Sunday, 25 November 2012

Malaysian food diaries II: Sukiyaki at Suki-Ya, KL

Here in the UK, we have a tendency to think of Japanese food in terms of sushi and ramen. However - as covered in my last post - there is much much more to Japanese cuisine than raw fish and noodles. While some of the more interesting dishes haven't fully caught on here (yet), they are definitely popular across the rest of Asia, and I took full advantage of this on my trip to Malaysia.

Sukiyaki (also known as Japanese hotpot) is a delicious DIY-style meal. Perfect for sharing, it consists of a big stew pot filled with stock (sweet, teryaki-esque sukiyaki and salty shabu-shabu are two popular flavours) in which diners cook a variety of vegetables,  dumplings, noodles, and (tastiest of all) slivers of thinly cut meats.

I first sampled the delights of sukiyaki at Suki-Ya in Singapore last year, when my boyfriend and I stumbled across (and into) a branch in the mall near our hotel. We loved it so much we went twice, and were determined to return if we ever got the chance.

Much to our delight, we discovered that there was another Suki-Ya (one of only four branches across Asia) in the Japanese section of the swish Pavilion shopping centre, a mere ten minutes walk from the hotel we had booked for our first night in KL. Unable to resist, we headed there for dinner.

Tokyo Street in the Pavilion Mall, KL

At Suki-Ya, the traditional cooking pot is split down the centre, allowing you to sample two flavours of stock if you wish - we went with sweet sukiyaki and salty shabu-shabu (the other options are miso soup or spicy, vinegary kimuchi). The pot is placed on a hot plate in the centre of the table and diners add vegetables and other ingredients from an impressive 'all you can eat' buffet featuring, among other things, five types of mushrooms, a variety of root vegetables, various forms of cabbage, a range of dumplings (eggy, fishy, and cheesy) and a selection of noodles.

We left the noodles until last (the waiters recommend adding them to the thickened stock at the end of your meal), but piled our plates high with an assortment of the other ingredients, plus a few dipping sauces. The delicate, slender-stemmed mushrooms (huge bunch on top of my plate in the photo below) are my favourite, but I also love the larger, meatier mushrooms: these are especially good in the sukiyaki stock, as they really soak up the sweet flavour. However, neither of us were particularly keen on the fishy or cheesy dumplings (and without English labels, it was a bit of a guessing game to avoid them!) - perhaps these are more of an acquired taste...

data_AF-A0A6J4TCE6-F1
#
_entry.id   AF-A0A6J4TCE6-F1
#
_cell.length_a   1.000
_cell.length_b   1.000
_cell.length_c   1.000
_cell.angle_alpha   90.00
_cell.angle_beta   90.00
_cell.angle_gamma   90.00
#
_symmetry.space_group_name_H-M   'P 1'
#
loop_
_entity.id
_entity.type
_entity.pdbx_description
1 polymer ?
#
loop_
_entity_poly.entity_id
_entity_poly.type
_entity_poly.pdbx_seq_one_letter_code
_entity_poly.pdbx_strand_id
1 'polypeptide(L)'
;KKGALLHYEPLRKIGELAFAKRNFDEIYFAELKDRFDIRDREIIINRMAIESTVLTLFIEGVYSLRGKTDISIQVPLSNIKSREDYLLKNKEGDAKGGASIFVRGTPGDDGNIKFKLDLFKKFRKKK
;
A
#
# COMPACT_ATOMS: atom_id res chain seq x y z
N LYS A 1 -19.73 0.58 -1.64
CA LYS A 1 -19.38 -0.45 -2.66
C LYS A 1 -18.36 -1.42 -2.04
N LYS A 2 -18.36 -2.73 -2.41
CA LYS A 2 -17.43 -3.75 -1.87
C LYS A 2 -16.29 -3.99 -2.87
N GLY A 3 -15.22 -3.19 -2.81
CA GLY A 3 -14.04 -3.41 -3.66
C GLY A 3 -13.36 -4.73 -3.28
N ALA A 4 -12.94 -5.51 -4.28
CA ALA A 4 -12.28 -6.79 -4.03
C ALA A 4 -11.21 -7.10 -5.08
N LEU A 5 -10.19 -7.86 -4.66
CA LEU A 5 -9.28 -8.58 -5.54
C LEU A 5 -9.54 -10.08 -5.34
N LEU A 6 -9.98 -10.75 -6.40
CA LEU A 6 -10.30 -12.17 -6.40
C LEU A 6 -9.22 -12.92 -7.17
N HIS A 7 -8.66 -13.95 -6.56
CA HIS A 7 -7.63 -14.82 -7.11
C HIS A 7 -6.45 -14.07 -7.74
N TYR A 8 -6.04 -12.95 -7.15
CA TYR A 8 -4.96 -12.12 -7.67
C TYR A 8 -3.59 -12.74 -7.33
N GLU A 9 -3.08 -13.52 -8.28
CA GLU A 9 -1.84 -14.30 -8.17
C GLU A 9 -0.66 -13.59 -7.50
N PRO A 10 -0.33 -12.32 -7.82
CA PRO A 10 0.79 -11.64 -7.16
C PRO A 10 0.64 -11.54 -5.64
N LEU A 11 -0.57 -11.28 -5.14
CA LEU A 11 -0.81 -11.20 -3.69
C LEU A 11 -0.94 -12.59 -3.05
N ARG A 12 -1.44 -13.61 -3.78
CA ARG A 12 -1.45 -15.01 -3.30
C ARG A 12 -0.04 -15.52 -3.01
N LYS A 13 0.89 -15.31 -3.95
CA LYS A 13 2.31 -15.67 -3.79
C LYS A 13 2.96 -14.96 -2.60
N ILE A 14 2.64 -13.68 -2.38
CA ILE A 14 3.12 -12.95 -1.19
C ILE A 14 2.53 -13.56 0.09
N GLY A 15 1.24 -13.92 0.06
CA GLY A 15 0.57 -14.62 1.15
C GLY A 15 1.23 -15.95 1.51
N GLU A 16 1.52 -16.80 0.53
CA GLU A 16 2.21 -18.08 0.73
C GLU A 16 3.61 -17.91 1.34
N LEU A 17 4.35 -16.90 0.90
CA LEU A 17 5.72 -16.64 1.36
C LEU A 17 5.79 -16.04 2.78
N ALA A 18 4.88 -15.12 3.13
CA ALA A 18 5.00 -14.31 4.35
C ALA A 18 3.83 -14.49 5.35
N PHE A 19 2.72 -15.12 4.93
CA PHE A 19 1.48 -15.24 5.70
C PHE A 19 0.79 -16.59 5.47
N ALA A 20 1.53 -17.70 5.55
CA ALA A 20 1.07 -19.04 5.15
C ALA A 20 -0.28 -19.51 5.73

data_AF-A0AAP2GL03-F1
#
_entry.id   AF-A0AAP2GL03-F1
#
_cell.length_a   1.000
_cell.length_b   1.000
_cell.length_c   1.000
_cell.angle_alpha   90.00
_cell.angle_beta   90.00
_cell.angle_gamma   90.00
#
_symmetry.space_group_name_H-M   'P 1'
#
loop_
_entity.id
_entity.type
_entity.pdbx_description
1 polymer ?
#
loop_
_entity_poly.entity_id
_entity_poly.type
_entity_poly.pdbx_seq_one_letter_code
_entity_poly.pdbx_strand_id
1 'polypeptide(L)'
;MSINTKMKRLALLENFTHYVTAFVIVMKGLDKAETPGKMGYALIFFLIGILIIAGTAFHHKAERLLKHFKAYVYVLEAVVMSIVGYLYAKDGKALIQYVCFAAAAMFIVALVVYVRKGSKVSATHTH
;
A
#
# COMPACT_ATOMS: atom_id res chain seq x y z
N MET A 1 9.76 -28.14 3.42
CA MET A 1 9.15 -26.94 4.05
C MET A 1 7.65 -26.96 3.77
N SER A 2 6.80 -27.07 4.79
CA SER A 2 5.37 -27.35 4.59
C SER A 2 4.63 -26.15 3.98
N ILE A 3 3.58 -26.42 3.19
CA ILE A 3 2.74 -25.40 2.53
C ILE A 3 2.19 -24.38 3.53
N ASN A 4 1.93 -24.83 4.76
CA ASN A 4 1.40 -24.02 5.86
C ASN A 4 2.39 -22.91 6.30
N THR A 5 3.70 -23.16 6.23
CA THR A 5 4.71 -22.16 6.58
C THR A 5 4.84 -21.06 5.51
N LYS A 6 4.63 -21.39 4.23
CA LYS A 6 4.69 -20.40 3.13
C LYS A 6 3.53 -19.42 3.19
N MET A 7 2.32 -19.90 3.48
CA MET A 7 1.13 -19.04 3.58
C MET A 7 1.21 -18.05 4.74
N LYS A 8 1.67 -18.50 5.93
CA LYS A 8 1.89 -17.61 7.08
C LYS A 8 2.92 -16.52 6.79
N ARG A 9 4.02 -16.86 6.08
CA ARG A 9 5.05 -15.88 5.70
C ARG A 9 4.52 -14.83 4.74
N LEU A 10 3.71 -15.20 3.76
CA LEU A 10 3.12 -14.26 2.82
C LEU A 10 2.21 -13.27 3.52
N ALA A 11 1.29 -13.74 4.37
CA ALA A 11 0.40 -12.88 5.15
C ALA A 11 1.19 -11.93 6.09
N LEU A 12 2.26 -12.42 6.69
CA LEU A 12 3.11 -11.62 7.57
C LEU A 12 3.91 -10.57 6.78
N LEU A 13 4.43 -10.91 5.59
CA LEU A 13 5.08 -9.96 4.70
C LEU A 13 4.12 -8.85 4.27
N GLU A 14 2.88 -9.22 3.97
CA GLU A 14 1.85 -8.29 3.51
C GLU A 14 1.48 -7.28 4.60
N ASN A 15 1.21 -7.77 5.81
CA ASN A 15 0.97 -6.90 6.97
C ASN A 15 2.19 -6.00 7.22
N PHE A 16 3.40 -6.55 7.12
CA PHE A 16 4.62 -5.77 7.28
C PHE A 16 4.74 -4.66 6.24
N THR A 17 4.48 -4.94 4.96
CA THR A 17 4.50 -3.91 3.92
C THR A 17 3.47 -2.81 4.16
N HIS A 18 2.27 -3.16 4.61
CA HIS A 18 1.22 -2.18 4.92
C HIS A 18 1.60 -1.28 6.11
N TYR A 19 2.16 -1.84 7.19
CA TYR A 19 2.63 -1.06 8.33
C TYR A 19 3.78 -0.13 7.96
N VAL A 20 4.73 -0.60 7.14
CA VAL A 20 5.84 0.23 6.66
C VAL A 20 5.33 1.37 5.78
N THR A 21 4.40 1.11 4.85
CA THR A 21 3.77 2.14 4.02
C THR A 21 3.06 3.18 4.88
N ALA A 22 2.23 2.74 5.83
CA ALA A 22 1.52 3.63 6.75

Waiters bring round plates of finely sliced meats on request - in Singapore, there was a choice of beef, pork or chicken, while in primarily Muslim KL, lamb was offered in the place of the pork. The beef is the best, in my opinion, needing mere seconds in the bubbling broth to achieve a perfect medium-rare finish. My top tip (as demonstrated by our waiter) is to dip the cooked beef into a dish of raw beaten egg before you eat it...heavenly*!

For a mere RM 29.80 at lunchtime or RM 39.80 at dinner (about £6 and 8 respectively, at the time of writing) you can eat as much as you like, with unlimited servings of meat and vegetables, and top ups of stock if you need them. The only limit is time: tables come in 120 minute slots, although you can purchase more time if you need'd have to have a serious appetite to need it though: with all the soup and vegetables this is an incredibly filling meal!

I really hope the Suki-Ya chain makes its way over to Europe soon: sukiyaki is a fantastically social, hands-on way of eating, something really different from the norm - not to mention delicious - and I think it could be incredibly popular here.

Gratuitous touristy KL photo!

*I know this sounds gross, but it really is delicious! Follow my blog with Bloglovin